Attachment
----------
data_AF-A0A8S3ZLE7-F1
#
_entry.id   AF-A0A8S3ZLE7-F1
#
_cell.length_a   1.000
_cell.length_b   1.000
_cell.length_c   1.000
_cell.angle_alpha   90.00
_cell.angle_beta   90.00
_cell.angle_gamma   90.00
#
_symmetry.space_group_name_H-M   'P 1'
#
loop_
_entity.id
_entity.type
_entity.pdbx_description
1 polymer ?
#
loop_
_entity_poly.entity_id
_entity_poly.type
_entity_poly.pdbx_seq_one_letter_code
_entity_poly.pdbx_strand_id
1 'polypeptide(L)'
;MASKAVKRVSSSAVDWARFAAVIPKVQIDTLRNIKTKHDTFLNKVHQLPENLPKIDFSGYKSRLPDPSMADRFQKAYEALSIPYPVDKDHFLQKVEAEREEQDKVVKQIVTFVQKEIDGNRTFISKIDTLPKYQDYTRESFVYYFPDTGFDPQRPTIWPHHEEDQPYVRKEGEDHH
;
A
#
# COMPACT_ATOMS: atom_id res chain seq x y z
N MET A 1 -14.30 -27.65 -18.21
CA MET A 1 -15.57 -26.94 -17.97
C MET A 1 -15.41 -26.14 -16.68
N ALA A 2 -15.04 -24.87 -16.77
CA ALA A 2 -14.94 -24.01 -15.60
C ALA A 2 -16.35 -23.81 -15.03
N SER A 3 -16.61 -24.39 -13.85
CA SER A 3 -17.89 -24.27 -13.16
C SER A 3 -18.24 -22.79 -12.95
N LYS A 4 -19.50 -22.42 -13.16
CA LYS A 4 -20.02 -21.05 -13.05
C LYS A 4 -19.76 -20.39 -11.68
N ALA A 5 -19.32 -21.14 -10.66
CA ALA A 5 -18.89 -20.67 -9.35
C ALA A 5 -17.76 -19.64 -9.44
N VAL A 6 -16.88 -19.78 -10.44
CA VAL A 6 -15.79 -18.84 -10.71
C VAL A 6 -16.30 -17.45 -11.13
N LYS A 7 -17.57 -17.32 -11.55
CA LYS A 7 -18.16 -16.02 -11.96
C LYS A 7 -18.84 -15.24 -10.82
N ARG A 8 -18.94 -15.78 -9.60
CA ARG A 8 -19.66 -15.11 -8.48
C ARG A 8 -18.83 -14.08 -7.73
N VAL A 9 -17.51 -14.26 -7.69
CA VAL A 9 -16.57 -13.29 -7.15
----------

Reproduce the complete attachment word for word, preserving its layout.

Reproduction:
data_AF-A0A8S3ZLE7-F1
#
_entry.id   AF-A0A8S3ZLE7-F1
#
_cell.length_a   1.000
_cell.length_b   1.000
_cell.length_c   1.000
_cell.angle_alpha   90.00
_cell.angle_beta   90.00
_cell.angle_gamma   90.00
#
_symmetry.space_group_name_H-M   'P 1'
#
loop_
_entity.id
_entity.type
_entity.pdbx_description
1 polymer ?
#
loop_
_entity_poly.entity_id
_entity_poly.type
_entity_poly.pdbx_seq_one_letter_code
_entity_poly.pdbx_strand_id
1 'polypeptide(L)'
;MASKAVKRVSSSAVDWARFAAVIPKVQIDTLRNIKTKHDTFLNKVHQLPENLPKIDFSGYKSRLPDPSMADRFQKAYEALSIPYPVDKDHFLQKVEAEREEQDKVVKQIVTFVQKEIDGNRTFISKIDTLPKYQDYTRESFVYYFPDTGFDPQRPTIWPHHEEDQPYVRKEGEDHH
;
A
#
# COMPACT_ATOMS: atom_id res chain seq x y z
N MET A 1 -14.30 -27.65 -18.21
CA MET A 1 -15.57 -26.94 -17.97
C MET A 1 -15.41 -26.14 -16.68
N ALA A 2 -15.04 -24.87 -16.77
CA ALA A 2 -14.94 -24.01 -15.60
C ALA A 2 -16.35 -23.81 -15.03
N SER A 3 -16.61 -24.39 -13.85
CA SER A 3 -17.89 -24.27 -13.16
C SER A 3 -18.24 -22.79 -12.95
N LYS A 4 -19.50 -22.42 -13.16
CA LYS A 4 -20.02 -21.05 -13.05
C LYS A 4 -19.76 -20.39 -11.68
N ALA A 5 -19.32 -21.14 -10.66
CA ALA A 5 -18.89 -20.67 -9.35
C ALA A 5 -17.76 -19.64 -9.44
N VAL A 6 -16.88 -19.78 -10.44
CA VAL A 6 -15.79 -18.84 -10.71
C VAL A 6 -16.30 -17.45 -11.13
N LYS A 7 -17.57 -17.32 -11.55
CA LYS A 7 -18.16 -16.02 -11.96
C LYS A 7 -18.84 -15.24 -10.82
N ARG A 8 -18.94 -15.78 -9.60
CA ARG A 8 -19.66 -15.11 -8.48
C ARG A 8 -18.83 -14.08 -7.73
N VAL A 9 -17.51 -14.26 -7.69
CA VAL A 9 -16.57 -13.29 -7.15